It is no secret that over the last few years most firms have faced a reduced level of partner profit (or no profit at all), often resulting in decisions to reduce team sizes. Others have found themselves faced with short working hours or pay reductions.
As tax rates rise post-election, along with VAT rates, it is likely that this cycle is not yet at an end.
Given that many firms adopt a time-honoured policy of permanent staff on fixed hours, this decrease in staff is inevitable. The UK Economy may have just enjoyed one of the longest periods of sustained economic growth, but this has been the exception, not the rule. I hope that firms will start to see the benefit of a core permanent team cooperating with a circle of trained flexible staff who help with spikes in workflow. When times are good, using outsourced/contract/consultant staff enables the firm to take advantage of the increasing number of skilled people who prefer flexible working. This actually brings stability to the workplace as fewer permanent staff are put at risk when the market contracts. It also benefits the partners as their profits are protected.
But the result of this contraction is that many solicitors and partners find themselves looking at alternative posts at other firms. The question is, when an offer comes in from another firm, do you jump? Often the answer is an unequivocal “Yes”. Faced with even shorter working at your existing firm, or potentially no position at all, how could the answer be “No”?
My mobile is wonderful!
It is a phone, an MP3 player, a voice recorder, a calendar, a video player and recorder, a web browser, a camera, etc, etc. I have it on contract, but, if purchased over the counter, it costs about £400. Great value as I no longer need an MP3 player, a camcorder, a desktop web browser……..really?
In truth, I have an MP3 player and a camcorder and a desktop computer, as well as the mobile phone. The computer cost three times the price of the phone. The camcorder was a similar price and the camera cost about half as much as the phone. I even have a land-line at home which I pay for monthly.
Why? Well, think about it. For really good, clear pictures of your holiday, are you going to trust your mobile phone or will you buy a camera that is a specialist device? If you were going to leave your children with someone at home all day, would you want a qualified nanny or someone who was “probably OK”?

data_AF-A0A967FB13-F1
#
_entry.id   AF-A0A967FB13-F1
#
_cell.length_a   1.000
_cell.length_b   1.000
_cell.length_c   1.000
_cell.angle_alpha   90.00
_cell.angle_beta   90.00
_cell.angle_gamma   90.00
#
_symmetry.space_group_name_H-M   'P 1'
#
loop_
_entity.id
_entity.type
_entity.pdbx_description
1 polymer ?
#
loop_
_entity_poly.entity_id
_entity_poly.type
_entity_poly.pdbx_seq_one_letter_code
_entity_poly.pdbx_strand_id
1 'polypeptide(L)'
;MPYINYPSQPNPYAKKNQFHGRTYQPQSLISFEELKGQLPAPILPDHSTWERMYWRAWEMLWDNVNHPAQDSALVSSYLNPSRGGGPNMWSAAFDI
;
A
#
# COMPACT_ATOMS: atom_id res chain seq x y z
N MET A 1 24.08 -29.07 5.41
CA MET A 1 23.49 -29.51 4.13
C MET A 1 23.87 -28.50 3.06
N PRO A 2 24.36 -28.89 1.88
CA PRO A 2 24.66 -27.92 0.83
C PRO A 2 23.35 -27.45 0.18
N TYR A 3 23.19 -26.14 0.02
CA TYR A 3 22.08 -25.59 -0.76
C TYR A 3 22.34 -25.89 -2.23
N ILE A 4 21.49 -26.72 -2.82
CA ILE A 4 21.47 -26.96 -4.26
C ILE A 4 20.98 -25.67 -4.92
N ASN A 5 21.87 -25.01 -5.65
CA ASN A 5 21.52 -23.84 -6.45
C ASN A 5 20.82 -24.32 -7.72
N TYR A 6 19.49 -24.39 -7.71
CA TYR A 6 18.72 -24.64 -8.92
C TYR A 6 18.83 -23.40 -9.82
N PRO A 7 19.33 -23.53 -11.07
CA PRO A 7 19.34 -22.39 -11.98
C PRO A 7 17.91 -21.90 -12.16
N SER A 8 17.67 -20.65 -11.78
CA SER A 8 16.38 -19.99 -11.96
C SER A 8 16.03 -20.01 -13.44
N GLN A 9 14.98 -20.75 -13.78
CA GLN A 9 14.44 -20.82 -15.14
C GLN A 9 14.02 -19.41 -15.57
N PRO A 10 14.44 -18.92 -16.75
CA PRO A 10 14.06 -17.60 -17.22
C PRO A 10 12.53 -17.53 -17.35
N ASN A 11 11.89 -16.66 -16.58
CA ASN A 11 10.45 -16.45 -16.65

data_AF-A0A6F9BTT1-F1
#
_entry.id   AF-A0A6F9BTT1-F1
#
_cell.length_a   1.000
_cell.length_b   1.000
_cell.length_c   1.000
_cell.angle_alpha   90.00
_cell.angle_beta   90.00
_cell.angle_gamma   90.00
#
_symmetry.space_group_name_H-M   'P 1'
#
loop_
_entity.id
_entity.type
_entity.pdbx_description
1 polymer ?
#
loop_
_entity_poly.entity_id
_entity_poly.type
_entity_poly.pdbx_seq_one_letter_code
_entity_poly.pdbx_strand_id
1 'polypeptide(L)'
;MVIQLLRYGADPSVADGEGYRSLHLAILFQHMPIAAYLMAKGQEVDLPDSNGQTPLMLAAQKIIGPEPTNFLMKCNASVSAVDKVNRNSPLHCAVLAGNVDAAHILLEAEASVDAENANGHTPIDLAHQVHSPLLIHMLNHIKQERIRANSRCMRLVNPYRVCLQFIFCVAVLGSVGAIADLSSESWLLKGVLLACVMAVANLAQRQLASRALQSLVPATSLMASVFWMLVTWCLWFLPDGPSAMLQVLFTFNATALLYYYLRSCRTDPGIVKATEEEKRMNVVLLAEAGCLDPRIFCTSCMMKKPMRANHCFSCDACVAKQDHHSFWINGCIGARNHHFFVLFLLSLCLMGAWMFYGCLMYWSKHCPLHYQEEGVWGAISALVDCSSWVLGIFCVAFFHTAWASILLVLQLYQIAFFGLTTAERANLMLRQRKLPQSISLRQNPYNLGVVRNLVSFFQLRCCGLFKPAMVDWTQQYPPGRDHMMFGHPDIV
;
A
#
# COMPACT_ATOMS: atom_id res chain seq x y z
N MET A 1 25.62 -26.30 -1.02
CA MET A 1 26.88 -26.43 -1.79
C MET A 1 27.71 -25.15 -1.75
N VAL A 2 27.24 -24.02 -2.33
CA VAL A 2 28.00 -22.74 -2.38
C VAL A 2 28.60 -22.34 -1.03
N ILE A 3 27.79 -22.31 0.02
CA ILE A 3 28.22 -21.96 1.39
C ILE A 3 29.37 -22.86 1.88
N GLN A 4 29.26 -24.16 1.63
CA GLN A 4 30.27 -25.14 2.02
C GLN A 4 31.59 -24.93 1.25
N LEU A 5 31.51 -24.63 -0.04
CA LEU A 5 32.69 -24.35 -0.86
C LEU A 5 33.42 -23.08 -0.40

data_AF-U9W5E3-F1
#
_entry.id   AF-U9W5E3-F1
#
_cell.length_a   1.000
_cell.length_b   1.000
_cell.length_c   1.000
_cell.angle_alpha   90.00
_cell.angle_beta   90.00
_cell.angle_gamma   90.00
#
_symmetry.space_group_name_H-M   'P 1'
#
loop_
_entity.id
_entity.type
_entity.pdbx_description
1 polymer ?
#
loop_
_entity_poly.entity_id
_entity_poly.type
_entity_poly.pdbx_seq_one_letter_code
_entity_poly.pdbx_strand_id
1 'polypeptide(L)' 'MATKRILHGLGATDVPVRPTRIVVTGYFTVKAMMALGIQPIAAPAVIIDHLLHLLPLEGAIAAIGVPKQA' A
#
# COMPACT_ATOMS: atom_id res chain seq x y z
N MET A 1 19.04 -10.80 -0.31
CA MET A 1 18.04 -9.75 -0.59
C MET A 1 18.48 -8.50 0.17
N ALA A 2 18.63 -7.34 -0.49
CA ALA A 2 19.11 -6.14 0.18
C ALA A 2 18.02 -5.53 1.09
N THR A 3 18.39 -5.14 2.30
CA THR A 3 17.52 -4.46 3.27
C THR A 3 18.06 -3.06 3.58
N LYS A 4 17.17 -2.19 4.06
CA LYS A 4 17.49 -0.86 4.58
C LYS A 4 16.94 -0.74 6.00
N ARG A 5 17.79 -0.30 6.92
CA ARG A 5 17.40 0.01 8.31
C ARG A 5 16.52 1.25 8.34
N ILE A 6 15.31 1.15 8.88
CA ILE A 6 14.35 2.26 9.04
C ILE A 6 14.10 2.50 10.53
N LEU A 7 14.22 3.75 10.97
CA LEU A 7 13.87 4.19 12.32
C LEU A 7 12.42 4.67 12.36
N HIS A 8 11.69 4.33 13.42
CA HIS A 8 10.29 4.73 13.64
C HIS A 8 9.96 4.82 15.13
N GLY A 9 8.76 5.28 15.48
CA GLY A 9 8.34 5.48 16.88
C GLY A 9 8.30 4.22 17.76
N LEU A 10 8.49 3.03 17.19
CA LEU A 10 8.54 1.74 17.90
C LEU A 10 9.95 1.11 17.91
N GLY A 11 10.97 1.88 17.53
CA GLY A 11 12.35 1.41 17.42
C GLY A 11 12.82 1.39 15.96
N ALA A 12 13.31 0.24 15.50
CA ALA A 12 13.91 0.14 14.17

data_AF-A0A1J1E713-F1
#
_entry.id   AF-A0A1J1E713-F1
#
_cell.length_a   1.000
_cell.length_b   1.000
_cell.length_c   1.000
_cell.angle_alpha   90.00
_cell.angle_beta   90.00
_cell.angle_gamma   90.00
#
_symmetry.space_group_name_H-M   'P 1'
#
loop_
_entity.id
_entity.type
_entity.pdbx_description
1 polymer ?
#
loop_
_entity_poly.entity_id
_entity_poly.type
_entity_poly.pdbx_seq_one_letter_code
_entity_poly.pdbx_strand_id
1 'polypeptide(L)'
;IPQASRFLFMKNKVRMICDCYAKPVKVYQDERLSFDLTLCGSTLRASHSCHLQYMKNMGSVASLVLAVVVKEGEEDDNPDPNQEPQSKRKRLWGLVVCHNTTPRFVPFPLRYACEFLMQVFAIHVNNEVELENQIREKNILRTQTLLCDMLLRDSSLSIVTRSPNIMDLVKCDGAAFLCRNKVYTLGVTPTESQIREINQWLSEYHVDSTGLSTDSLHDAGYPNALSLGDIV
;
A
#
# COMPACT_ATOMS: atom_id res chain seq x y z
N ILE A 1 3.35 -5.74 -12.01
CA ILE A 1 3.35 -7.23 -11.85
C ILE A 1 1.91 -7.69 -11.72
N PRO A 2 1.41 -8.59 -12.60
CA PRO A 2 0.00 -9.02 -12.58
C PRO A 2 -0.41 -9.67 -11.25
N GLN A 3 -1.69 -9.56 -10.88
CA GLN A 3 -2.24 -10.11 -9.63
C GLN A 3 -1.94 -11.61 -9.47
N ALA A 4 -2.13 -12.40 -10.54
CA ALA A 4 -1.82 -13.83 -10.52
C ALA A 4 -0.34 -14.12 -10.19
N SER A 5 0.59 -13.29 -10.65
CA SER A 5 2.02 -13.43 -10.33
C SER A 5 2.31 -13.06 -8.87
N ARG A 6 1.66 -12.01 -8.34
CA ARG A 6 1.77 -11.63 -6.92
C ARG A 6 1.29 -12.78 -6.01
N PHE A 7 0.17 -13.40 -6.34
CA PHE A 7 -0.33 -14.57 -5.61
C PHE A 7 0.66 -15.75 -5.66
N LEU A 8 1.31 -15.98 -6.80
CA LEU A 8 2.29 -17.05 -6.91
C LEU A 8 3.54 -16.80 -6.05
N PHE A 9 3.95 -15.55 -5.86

I have these extra, more expensive gadgets as well as the ubiquitous mobile phone because I am willing to pay for a level of experience (and service) that is higher than any old Tom Dick or Petra can offer, i.e. if I can see added value in the particular product or service.
It is the same with solicitors. Some clients may be happy with an adequate legal adviser. Will they pay top dollar for adequate? No. They will pay top dollar if they believe their problem is serious and needs resolution urgently by an expert in that field.
The Clementi Review of 2004 was simply a set of recommendations which did not have the force of law, so many people did not notice it or paid it little attention. The prescient amongst us suspected it meant that legal firms would have to change—whether for the better or the worse depended on one’s point of view. Even though the implementation of the underlying regulations of The Legal Services Act of 2007 was delayed until 2010/11, and may be delayed again, changes are most definitely afoot. What are the implications of the introduction of “Tesco Law” to the UK? Can legal practices afford to ignore it?
Posted in clementi review, Legal Services Act, Legal System, UK Law
Tagged Alternative Business Structures, barrister, clementi review, law firm, lawyer, legal service, Legal System, solicitor